“Legalize Adult Use of Recreational Marijuana,” is also included in his agenda for the first 100 days of 2019. Ending the racial disparity in marijuana related arrests was a major motivator in his shift from opposition. According to the agenda, “Governor Cuomo will end the disproportionate criminalization of one race over another by regulating, legalizing and taxing adult use of recreational marijuana.”

This shift in opinion did not happen overnight. After reading a report from the state Health Department in July of last year, Cuomo acknowledged that, “The situation on marijuana is changing.” The report, titled “Assessment of the Potential Impact of Regulated Marijuana in New York State,” started with a brief history of cannabis in the United states, covering how it was widely used as medicine and sold in pharmacies until the 1930s. The report concluded that there are more advantages to establishing a regulated market than there are disadvantages.

One of the most compelling potential benefits mentioned in the report was the tax revenue the state could collect. An analysis released by New York City Comptroller Scott M. Stringer estimated that the legal cannabis market in New York could exceed $3 billion. The tax revenue estimated from sales could be as much as $436 million each year. That amount is difficult to ignore when state schools and law enforcement agencies would benefit greatly from the funds.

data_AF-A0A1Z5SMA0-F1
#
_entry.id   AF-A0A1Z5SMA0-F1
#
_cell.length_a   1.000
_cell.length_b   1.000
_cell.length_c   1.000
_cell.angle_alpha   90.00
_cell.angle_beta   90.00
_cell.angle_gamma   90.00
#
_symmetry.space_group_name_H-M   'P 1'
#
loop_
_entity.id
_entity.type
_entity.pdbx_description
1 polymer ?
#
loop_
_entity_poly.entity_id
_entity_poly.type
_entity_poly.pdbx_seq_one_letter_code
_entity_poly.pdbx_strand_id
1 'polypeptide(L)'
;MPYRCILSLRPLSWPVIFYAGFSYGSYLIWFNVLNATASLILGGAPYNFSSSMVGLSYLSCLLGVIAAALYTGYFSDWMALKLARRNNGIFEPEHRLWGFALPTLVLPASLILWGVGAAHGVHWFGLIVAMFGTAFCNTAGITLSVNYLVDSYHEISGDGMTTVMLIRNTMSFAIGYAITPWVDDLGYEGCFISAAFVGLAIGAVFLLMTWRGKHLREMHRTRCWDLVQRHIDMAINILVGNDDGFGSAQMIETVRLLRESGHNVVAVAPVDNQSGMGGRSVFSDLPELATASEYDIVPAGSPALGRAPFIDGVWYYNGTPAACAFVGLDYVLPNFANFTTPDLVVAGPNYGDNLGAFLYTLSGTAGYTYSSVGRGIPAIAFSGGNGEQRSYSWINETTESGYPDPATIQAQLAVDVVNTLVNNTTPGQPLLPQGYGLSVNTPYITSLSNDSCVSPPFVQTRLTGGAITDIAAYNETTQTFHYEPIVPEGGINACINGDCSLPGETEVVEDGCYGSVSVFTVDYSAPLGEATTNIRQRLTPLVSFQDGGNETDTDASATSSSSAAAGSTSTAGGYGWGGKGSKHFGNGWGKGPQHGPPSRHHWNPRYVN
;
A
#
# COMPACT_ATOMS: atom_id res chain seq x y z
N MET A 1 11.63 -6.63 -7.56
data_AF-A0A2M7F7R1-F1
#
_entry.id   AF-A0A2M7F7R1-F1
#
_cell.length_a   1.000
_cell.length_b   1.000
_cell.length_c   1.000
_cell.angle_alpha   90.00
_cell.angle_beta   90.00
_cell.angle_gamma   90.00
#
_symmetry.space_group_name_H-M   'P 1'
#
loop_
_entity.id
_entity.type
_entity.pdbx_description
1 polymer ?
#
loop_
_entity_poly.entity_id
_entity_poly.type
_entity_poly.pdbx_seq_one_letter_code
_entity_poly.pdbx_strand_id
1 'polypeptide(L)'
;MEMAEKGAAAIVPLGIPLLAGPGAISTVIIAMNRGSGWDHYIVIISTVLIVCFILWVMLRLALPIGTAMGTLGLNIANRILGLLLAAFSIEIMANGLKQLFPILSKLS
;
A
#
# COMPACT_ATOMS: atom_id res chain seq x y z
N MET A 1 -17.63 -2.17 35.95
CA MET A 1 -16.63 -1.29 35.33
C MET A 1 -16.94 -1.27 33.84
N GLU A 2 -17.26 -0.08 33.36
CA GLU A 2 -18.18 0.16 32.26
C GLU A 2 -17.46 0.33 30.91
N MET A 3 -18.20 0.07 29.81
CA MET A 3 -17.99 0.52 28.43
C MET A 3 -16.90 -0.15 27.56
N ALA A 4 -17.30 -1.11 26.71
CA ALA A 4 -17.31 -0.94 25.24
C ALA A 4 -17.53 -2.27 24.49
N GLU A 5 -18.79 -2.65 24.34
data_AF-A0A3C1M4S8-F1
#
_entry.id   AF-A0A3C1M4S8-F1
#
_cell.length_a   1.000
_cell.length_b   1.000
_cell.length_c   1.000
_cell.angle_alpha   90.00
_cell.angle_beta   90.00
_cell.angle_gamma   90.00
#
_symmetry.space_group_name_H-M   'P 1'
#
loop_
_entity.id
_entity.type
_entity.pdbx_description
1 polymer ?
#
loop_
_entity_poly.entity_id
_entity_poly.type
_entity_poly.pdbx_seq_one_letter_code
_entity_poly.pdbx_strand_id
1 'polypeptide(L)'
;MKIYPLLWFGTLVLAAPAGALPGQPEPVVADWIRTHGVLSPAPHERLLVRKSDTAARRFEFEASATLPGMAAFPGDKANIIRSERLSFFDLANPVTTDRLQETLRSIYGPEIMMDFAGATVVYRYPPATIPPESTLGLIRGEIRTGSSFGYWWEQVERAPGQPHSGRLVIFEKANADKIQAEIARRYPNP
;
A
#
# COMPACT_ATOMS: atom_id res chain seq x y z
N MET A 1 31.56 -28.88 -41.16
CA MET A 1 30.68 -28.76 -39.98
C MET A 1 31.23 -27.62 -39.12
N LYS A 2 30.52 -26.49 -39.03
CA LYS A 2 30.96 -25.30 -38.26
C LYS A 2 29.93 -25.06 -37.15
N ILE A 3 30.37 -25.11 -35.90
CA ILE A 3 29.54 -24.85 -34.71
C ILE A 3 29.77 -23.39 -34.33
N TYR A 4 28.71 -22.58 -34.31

Job creation, economic development, fewer minority arrests and the opportunity to explore different options regarding personal health were also listed among the potential benefits that may come with a legal market in New York. “The positive effects of a regulated marijuana market in N.Y.S. outweigh the potential negative impacts,” the Health Department concluded. “Areas that may be a cause for concern can be mitigated with regulation and proper use of public education that is tailored to address key populations.”

Governor Cuomo also recognizes that maintaining prohibition may soon be a waste of state resources since people can make legal purchases in Massachusetts, where retail shops opened doors to the public in November of last year. Legislators in New Jersey are also working to pass legislation to legalize the recreational use and retail sale, and Connecticut is predicted to legalize soon as well.

If New York beats New Jersey to the punch, it will become the 11th state to legalize the recreational use of cannabis. It would also be second to legalize by state legislature instead of a voter initiative. The Pew Research Center released a poll in 2018 which revealed that 62 percent of people in America are in favor of legalizing marijuana. An even larger number of millennials, 74 percent, responded that they supported legalization. The number of those in favor has increased since 2015 when only 53 percent reported that they believed cannabis should be legal in the United States.